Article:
Review: Expansive Homage to the Greatest Generation
At the center of John E. Nevola's novel The Last Jump is a son's quest to understand the war that so affected his estranged father. But while the son's search is important to moving the story forward, it is a relatively small portion of this expansive homage to the Greatest Generation – the men and women who served their country in WWII either in combat or on the home front in an era when patriotism meant far more than slapping a yellow ribbon magnet on the side of your car.
At the heart of the novel are two American paratroopers, both named John Kilroy. Though the two young men are not related, they become the closest of friends as they endure the rigors of airborne training and, later, combat in Sicily and northern Europe. The novel explores the bonds of such friendship and the promises and obligations they create.
Nevola also examines the contributions made at home by women who gave up their youthful years to build ships, tanks, and planes for the war effort, and African American soldiers who labored behind the lines waiting for their chance to show their mettle in combat. Nevola argues that the contributions made by these men and women cracked open the door that led to greater equality for blacks and women. Certainly, it took several more decades for that door to open wider – and it still needs to swing wider – but it was the actions of the Greatest Generation that gave the door the initial shove.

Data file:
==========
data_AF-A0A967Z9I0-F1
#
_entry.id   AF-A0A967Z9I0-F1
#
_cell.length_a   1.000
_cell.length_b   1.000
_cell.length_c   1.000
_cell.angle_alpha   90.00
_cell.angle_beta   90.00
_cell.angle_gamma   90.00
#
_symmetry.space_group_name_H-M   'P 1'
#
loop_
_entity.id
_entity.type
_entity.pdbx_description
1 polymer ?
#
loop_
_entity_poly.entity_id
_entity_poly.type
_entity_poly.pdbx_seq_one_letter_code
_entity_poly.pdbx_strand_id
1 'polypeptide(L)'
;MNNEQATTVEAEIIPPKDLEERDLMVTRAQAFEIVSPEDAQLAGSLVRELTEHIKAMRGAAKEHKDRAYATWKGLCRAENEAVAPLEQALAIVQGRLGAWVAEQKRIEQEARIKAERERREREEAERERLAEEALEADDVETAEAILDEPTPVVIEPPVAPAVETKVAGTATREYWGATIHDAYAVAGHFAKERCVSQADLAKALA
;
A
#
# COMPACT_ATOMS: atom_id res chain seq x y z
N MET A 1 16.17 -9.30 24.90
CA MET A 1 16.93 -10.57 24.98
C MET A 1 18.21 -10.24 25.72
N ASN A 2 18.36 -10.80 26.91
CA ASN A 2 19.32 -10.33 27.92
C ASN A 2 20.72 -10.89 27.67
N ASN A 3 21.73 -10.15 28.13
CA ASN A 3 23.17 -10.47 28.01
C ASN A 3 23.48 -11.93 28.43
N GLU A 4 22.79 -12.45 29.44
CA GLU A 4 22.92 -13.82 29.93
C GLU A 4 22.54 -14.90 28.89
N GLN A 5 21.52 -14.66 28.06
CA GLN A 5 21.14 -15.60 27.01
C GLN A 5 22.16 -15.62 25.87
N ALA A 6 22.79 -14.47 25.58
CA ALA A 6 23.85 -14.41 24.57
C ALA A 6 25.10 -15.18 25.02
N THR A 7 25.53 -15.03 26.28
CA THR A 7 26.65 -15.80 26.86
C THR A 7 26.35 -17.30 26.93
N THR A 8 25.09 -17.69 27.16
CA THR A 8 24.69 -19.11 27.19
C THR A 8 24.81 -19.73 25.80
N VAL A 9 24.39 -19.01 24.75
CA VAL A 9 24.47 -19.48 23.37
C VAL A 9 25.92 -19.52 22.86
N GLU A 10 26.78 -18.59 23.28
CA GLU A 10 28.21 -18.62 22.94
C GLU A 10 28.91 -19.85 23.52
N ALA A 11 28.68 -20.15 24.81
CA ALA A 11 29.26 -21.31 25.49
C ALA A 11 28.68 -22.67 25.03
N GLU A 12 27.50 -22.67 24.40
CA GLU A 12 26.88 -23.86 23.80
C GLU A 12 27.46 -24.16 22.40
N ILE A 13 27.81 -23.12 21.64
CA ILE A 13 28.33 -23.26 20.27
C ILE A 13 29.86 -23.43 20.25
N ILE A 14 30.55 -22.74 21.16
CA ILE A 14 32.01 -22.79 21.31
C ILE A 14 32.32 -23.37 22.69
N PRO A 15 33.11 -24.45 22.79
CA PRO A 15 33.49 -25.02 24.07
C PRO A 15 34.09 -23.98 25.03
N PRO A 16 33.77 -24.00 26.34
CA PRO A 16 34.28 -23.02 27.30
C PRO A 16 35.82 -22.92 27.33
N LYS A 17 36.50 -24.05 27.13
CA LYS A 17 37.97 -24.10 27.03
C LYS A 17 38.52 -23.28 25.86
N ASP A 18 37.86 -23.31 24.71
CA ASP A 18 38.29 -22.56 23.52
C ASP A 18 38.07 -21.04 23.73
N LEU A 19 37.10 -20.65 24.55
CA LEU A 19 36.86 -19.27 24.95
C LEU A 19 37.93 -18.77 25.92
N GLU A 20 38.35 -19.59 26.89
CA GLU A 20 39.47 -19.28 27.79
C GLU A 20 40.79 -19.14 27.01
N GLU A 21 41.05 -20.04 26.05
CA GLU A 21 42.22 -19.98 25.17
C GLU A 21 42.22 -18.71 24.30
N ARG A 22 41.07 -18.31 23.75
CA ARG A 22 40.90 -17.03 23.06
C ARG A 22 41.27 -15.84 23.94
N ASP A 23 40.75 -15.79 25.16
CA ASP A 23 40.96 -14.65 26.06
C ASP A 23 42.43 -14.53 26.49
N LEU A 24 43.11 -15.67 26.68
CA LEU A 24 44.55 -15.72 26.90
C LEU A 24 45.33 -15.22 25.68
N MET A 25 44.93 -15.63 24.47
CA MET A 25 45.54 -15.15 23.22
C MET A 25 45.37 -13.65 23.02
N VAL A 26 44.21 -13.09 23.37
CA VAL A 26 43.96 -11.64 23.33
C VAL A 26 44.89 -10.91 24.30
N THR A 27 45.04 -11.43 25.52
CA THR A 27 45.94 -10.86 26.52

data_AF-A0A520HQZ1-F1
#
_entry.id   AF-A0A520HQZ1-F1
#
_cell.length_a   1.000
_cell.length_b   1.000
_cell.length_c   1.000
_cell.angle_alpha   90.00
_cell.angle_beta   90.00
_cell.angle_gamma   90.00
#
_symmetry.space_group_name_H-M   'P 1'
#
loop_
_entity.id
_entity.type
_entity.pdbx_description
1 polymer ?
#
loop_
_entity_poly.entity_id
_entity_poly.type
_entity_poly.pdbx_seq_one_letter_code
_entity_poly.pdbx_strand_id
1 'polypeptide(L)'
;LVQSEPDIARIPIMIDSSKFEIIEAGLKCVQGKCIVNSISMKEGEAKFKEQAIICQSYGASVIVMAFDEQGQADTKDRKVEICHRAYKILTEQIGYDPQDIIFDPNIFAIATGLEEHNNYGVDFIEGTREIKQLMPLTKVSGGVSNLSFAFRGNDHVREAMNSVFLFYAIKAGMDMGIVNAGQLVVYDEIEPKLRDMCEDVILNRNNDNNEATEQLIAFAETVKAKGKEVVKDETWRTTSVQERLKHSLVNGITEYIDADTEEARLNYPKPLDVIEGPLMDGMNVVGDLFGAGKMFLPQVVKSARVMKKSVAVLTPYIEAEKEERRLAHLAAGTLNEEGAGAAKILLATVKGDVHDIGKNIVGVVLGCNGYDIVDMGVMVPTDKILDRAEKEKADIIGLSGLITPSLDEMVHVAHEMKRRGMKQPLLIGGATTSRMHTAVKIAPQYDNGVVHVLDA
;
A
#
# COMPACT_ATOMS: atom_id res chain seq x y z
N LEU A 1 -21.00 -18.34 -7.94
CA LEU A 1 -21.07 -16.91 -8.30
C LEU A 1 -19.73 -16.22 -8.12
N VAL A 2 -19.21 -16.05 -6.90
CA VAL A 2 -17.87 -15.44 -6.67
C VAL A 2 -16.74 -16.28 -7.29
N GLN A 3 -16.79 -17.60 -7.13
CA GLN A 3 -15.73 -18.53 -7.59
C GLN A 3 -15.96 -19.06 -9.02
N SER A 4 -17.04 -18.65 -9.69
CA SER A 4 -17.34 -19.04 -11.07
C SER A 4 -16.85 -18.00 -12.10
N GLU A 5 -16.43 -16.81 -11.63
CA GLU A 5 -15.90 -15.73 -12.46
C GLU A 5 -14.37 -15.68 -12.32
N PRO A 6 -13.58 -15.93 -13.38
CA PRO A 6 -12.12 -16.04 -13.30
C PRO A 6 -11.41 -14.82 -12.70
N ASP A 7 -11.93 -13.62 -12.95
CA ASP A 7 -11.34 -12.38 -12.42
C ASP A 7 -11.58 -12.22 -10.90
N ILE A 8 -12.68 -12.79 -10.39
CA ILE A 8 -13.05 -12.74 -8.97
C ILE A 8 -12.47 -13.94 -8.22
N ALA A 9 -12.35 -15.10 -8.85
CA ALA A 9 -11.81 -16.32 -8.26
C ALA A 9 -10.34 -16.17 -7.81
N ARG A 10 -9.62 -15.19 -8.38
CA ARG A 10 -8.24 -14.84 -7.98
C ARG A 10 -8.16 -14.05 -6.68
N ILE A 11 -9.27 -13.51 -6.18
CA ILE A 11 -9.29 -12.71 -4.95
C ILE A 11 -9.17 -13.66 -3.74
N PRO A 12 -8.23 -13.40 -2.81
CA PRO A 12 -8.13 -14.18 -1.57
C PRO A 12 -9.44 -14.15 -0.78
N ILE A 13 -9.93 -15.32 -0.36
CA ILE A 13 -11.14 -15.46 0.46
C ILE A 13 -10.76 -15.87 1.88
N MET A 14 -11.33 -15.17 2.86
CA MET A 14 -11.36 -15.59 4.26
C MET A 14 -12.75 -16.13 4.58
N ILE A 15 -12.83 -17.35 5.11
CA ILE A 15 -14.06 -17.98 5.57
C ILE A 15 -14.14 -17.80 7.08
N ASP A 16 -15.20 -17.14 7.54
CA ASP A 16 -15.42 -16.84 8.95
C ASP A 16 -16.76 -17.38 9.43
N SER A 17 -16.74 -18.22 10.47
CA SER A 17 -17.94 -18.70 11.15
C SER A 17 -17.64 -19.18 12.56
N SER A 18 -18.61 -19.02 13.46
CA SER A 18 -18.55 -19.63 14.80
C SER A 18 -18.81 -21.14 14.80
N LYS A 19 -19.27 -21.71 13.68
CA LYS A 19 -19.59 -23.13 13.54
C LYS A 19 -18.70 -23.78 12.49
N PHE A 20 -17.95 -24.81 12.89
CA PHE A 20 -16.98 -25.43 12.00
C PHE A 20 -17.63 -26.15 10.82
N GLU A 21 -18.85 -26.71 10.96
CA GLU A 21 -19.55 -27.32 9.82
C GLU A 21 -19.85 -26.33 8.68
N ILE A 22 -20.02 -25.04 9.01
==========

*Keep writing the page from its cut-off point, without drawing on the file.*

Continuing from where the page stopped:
The research that went into The Last Jump was intricate and detailed. The book brings together the best of such writers as Anton Myer and Herman Wouk, with a good dose of Michael/Jeff Shaara thrown in.
If you are an ardent reader of military history, you will love this novel. If you are a Baby Boomer who never talked to your parents about the war, or of a later generation and would like to understand what your grandparents endured during WWII, you should read this book.